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Homily of Bishop William Crean – St. Patrick’s Day 17th March 2024

St. Patrick’s Day

St. Colman’s Cathedral, Cobh

17th March 2024

“Ireland – Our Common Home”

My friends,

If you look at a map of Europe on the world from 100 year ago, you’ll find that many countries had different borders then than they have now. So often the changes were agreed after a time of war and conflict. Then as now wars are waged to secure land, a land that can be called home. And from this sense of homeland, we derive a sense of identity, culture and language which is reflected in our flags and emblems.

Current conflicts in the Ukraine and Russia, Israel and Gaza, and others in the Horn of Africa bear witness to the importance of land and identity to all people.

We ourselves here in Ireland have had and continue to have our own tensions ‘round land and identity. For a long time that tension and conflict was played out mostly in the North of the country. Now with immense cultural shifts taking place by way of immigration – we’re experiencing new challenges by way of land and identity. We should not be surprised by some changes as the census indicates that at least 16% of our population are immigrants to Ireland.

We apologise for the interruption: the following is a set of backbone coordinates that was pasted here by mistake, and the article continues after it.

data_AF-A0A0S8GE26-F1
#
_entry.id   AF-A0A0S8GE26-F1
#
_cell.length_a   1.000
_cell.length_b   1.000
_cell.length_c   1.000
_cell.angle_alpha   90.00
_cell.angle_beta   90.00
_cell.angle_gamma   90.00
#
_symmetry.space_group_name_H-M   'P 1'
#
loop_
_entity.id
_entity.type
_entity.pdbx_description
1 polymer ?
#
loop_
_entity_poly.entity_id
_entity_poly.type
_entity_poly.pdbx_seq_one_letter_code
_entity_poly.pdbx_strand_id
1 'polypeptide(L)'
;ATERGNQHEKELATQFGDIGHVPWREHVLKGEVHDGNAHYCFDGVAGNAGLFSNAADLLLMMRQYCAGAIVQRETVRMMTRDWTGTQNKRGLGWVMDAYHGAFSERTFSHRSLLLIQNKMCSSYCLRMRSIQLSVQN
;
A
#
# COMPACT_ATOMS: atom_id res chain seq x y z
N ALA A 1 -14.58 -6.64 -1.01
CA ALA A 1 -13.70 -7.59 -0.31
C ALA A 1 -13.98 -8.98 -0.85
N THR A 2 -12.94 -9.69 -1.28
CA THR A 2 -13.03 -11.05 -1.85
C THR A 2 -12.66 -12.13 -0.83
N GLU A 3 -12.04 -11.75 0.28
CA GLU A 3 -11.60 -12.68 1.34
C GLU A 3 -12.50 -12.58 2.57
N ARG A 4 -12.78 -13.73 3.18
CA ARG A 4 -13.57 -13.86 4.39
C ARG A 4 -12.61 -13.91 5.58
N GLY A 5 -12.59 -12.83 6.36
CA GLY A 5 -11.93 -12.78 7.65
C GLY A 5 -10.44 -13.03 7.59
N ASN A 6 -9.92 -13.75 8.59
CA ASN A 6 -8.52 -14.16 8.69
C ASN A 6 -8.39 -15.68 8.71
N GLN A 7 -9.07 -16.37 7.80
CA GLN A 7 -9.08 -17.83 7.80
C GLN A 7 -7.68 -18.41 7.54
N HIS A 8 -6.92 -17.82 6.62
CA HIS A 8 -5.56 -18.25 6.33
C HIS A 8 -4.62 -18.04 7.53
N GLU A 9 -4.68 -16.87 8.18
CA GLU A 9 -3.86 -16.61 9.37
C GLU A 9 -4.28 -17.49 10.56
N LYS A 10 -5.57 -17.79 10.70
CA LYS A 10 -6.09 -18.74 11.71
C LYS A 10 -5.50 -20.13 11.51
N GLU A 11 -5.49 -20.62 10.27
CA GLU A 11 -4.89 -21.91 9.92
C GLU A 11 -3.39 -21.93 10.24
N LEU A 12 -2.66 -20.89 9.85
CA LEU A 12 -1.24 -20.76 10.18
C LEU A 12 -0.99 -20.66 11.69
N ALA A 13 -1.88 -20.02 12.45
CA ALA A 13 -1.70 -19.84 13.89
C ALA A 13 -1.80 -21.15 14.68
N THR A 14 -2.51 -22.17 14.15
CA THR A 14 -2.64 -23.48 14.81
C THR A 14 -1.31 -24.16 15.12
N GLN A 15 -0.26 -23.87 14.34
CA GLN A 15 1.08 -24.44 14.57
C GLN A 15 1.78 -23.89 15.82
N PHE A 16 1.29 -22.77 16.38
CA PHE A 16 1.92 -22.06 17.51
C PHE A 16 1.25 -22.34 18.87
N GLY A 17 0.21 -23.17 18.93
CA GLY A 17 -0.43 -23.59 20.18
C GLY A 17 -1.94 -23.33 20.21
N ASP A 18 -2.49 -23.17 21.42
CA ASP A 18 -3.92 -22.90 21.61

What you might think has this to do with our celebration of St. Patrick? A great deal I suggest. The fact that he was a forced immigrant sets a tone for our reflection on our current experience.

Patrick, though an immigrant slave would prove to be an extraordinary gift as a person because the faith he carried in his heart sowed the seeds of Christian faith and living in our history, culture and language that continues to enrich our lives 17 centuries on. How we accept and use that gift in our time is our responsibility not Patrick’s!

His Confessio reads still like a modern document “Although I am imperfect in many ways I want my brothers, sisters and relatives to know what kind of man I am, so that they may perceive the aspiration of my life”.

Right now, there is emerging the seeds of resentment in some toward immigrants. It seems to be driven by a reactionary political philosophy that seeks to isolate and even alienate one nation from another. Migration is now one of the most problematic features of the world to-day. Whole nations trapped in poverty have become like pressure cookers – migrants are risking their very lives for the chance of a better life. Pope Francis has been severely criticized for his focus on the plight of migrants. He draws attention to their desperation – reminding us that many are like the poor man at the feet of the rich man Lazarus begging for the crumbs from his table.

This country has a long history of emigration -it’s still occurring – equally a long history of immigration – Viking, Noman and the various Plantations have shaped us as a people. Somehow despite the many trials and challenges we faced our humanity and essential goodness as a people has shone through.

This generation faces a new challenge of integration of immigrants in our midst. Closing our hearts and minds is not a solution. This part of earth is our home – where we are rooted and in which we find identity. But it’s also part of the common home of one another regardless of race or nationality – we cannot afford to be naïve – yet the alternative to integration is exclusion and apartheid.

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